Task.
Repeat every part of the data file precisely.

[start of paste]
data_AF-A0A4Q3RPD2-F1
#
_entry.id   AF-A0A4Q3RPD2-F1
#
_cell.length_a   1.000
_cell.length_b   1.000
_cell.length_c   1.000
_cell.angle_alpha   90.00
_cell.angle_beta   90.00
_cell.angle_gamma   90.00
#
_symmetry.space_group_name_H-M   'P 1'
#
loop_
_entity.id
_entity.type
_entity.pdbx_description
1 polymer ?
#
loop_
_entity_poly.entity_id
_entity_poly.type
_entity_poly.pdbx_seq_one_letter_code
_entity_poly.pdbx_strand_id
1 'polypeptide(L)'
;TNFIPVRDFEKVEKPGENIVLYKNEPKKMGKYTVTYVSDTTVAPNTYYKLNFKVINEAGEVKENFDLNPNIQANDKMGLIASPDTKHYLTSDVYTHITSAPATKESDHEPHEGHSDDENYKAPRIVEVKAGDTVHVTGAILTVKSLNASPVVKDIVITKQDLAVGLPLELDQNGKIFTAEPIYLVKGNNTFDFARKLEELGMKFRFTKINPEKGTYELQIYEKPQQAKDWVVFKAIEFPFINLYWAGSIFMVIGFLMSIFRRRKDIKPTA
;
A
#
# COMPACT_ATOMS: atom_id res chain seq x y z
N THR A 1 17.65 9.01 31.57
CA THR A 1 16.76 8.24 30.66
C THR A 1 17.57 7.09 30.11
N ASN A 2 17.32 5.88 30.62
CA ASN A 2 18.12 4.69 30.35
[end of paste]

data_AF-A0A4Q3RPD2-F1
#
_entry.id   AF-A0A4Q3RPD2-F1
#
_cell.length_a   1.000
_cell.length_b   1.000
_cell.length_c   1.000
_cell.angle_alpha   90.00
_cell.angle_beta   90.00
_cell.angle_gamma   90.00
#
_symmetry.space_group_name_H-M   'P 1'
#
loop_
_entity.id
_entity.type
_entity.pdbx_description
1 polymer ?
#
loop_
_entity_poly.entity_id
_entity_poly.type
_entity_poly.pdbx_seq_one_letter_code
_entity_poly.pdbx_strand_id
1 'polypeptide(L)'
;TNFIPVRDFEKVEKPGENIVLYKNEPKKMGKYTVTYVSDTTVAPNTYYKLNFKVINEAGEVKENFDLNPNIQANDKMGLIASPDTKHYLTSDVYTHITSAPATKESDHEPHEGHSDDENYKAPRIVEVKAGDTVHVTGAILTVKSLNASPVVKDIVITKQDLAVGLPLELDQNGKIFTAEPIYLVKGNNTFDFARKLEELGMKFRFTKINPEKGTYELQIYEKPQQAKDWVVFKAIEFPFINLYWAGSIFMVIGFLMSIFRRRKDIKPTA
;
A
#
# COMPACT_ATOMS: atom_id res chain seq x y z
N THR A 1 17.65 9.01 31.57
CA THR A 1 16.76 8.24 30.66
C THR A 1 17.57 7.09 30.11
N ASN A 2 17.32 5.88 30.62
CA ASN A 2 18.12 4.69 30.35